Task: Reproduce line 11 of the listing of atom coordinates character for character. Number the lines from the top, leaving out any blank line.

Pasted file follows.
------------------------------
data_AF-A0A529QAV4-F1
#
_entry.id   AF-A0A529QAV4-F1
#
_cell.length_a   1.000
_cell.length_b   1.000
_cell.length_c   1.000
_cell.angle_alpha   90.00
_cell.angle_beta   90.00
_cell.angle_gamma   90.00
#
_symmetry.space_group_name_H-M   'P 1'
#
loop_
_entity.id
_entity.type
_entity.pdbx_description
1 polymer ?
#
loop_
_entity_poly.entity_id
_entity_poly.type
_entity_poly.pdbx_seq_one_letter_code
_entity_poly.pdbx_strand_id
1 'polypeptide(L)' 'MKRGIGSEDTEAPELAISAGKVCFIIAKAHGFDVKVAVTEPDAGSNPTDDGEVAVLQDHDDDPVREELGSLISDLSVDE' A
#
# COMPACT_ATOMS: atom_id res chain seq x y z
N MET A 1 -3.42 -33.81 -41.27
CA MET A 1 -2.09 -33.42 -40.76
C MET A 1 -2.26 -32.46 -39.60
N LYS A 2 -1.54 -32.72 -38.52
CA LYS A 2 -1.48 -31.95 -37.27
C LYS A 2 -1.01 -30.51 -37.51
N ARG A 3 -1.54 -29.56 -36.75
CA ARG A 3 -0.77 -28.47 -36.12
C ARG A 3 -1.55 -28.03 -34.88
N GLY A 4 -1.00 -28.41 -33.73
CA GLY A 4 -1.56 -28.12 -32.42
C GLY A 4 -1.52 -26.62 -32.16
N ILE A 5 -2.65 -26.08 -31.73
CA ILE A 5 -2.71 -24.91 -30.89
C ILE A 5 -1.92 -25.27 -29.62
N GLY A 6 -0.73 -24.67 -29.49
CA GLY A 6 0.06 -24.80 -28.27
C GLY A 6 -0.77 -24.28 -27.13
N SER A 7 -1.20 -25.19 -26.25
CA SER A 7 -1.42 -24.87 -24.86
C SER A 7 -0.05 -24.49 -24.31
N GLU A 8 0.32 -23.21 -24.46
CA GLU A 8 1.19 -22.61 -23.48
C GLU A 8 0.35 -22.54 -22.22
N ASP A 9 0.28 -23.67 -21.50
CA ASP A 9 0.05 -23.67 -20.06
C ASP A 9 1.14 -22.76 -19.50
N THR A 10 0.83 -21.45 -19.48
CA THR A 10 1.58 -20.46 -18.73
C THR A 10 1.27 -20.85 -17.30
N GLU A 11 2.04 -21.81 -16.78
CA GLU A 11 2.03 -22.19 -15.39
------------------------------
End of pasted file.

#